ILN IP Insider

FILMING PERMITS IN GREECE

Although in Greece, in principle, no permit is required for filming in public open-air spaces, there are few exceptions to the above rule that could make the situation a little bit complex. These exceptions are mostly linked with the venue where the filming is going to take place, regardless of whether we are talking about a film, a commercial video, a documentary or news reports and of whether the journalists and/or crew represent foreign or local media and producers. The present article aims to give useful and practical insight on the above issues due to the fact that there have been recent legislation amendments.

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The Open COVID Pledge

Intellectual property rights are – by definition – monopolistic. How, then, can researchers, charities and NGOs collaborate with business in the development of new technologies to control and eradicate COVID-19?

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A Recipe for Patent Protection: Are food products patentable?

In the past several years, the food and beverage space has seen an explosion of innovation—alternative meat products, plant-based dairy and protein alternatives, CBD- and collagen-infused everything, and functional foods and beverages and containing everything from pre/pro/post-biotics to nootropic and adaptogenic herbs, just to name a few. And many of these innovations have led to wildly successful products with household brand recognition (think: Impossible Foods and Vital Proteins).

While many of these brands may be protected by robust trademark portfolios, what role have patents played in defining their territory in the market? Patent protection can add significant value to an emerging brand by keeping competitors at bay, serving as an asset or collateral to secure financing, or as leverage to license across different industries or markets. Yet, the vast majority of conventional foods occupying the shelves of your local grocery store are likely not covered by a utility patent.  Which begs the question, are food products patentable?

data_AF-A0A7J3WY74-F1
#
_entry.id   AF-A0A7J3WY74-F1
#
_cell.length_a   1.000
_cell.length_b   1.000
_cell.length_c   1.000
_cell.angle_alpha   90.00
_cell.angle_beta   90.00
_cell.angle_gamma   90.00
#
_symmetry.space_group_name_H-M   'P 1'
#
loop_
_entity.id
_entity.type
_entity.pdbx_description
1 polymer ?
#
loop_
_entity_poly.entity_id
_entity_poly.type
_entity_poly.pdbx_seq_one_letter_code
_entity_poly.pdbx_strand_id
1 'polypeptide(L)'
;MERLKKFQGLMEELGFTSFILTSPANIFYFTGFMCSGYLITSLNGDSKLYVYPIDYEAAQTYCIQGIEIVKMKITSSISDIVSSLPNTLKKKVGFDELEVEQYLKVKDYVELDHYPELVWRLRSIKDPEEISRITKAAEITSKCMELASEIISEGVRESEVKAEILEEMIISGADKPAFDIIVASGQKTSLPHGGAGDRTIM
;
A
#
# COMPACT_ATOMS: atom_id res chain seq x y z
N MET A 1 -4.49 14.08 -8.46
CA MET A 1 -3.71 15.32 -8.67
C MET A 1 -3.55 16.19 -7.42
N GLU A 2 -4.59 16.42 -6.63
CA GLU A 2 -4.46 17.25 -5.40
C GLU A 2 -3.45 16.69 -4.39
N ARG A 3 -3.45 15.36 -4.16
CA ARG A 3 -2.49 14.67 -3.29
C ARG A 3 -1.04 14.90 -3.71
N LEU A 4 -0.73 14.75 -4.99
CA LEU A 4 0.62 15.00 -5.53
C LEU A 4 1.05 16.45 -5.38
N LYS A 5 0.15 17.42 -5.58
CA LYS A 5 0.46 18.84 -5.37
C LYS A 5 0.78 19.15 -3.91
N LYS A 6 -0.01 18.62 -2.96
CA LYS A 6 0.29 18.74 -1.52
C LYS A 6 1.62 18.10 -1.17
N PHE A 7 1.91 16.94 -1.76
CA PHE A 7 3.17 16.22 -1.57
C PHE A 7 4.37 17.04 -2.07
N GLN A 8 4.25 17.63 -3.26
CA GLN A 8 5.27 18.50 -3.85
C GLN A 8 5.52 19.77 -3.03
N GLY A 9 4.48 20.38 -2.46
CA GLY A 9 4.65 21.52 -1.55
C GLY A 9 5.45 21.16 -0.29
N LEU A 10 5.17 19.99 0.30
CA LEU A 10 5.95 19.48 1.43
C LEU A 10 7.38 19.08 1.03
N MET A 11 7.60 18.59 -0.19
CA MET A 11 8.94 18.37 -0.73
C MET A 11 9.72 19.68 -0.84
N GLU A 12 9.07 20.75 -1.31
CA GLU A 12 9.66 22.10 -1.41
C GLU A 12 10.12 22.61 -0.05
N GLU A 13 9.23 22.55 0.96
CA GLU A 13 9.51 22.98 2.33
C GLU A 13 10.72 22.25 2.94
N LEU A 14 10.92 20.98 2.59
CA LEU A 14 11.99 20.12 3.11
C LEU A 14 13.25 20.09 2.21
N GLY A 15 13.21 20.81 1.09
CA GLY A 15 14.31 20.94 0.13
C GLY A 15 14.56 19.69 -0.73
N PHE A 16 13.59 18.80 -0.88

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U.S. Supreme Court – Willfulness Is Not a Prerequisite for a Profit Award for Trademark Infringement

In its unanimous April 23, 2020 opinion in Romag Fasteners v. Fossil, Inc., the Supreme Court made clear once and for all that a successful trademark plaintiff is not required to establish that the defendant’s infringement was willful to be entitled to an award of the infringer’s profits. In other words, profits may be disgorged for less than willful infringement of a trademark.

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PANDEMICS AND EMERGENCY ACCESS TO PATENTED TECHNOLOGY IN CANADA

Canada’s COVID-19 Emergency Response Act came into force on March 25, 2020. Perhaps overlooked amongst emergency relief, health care and financial effects is Part 12 of the Act which makes changes to the Patent Act.

Why should the general public care about this? I’m glad you asked.